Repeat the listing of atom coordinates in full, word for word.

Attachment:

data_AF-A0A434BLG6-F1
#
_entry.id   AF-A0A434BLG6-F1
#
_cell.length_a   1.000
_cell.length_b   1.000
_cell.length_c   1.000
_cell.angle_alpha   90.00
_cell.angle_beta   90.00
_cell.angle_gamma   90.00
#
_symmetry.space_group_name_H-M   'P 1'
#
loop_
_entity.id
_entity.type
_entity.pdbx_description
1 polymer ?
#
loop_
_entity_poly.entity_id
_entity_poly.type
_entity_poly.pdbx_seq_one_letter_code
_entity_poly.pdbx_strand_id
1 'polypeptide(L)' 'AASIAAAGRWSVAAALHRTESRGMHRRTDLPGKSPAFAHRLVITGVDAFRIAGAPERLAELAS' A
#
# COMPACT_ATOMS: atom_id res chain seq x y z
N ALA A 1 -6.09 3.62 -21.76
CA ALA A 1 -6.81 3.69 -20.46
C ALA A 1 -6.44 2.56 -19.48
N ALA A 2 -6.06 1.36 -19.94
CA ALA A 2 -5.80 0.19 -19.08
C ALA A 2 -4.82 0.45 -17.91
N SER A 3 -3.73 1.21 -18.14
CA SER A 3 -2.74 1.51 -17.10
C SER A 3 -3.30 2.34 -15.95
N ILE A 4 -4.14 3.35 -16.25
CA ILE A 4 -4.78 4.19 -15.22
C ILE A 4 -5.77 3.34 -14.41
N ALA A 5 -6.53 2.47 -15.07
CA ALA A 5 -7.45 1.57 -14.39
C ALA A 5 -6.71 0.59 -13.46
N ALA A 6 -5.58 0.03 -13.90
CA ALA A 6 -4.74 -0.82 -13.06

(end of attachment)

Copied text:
data_AF-A0A434BLG6-F1
#
_entry.id   AF-A0A434BLG6-F1
#
_cell.length_a   1.000
_cell.length_b   1.000
_cell.length_c   1.000
_cell.angle_alpha   90.00
_cell.angle_beta   90.00
_cell.angle_gamma   90.00
#
_symmetry.space_group_name_H-M   'P 1'
#
loop_
_entity.id
_entity.type
_entity.pdbx_description
1 polymer ?
#
loop_
_entity_poly.entity_id
_entity_poly.type
_entity_poly.pdbx_seq_one_letter_code
_entity_poly.pdbx_strand_id
1 'polypeptide(L)' 'AASIAAAGRWSVAAALHRTESRGMHRRTDLPGKSPAFAHRLVITGVDAFRIAGAPERLAELAS' A
#
# COMPACT_ATOMS: atom_id res chain seq x y z
N ALA A 1 -6.09 3.62 -21.76
CA ALA A 1 -6.81 3.69 -20.46
C ALA A 1 -6.44 2.56 -19.48
N ALA A 2 -6.06 1.36 -19.94
CA ALA A 2 -5.80 0.19 -19.08
C ALA A 2 -4.82 0.45 -17.91
N SER A 3 -3.73 1.21 -18.14
CA SER A 3 -2.74 1.51 -17.10
C SER A 3 -3.30 2.34 -15.95
N ILE A 4 -4.14 3.35 -16.25
CA ILE A 4 -4.78 4.19 -15.22
C ILE A 4 -5.77 3.34 -14.41
N ALA A 5 -6.53 2.47 -15.07
CA ALA A 5 -7.45 1.57 -14.39
C ALA A 5 -6.71 0.59 -13.46
N ALA A 6 -5.58 0.03 -13.90
CA ALA A 6 -4.74 -0.82 -13.06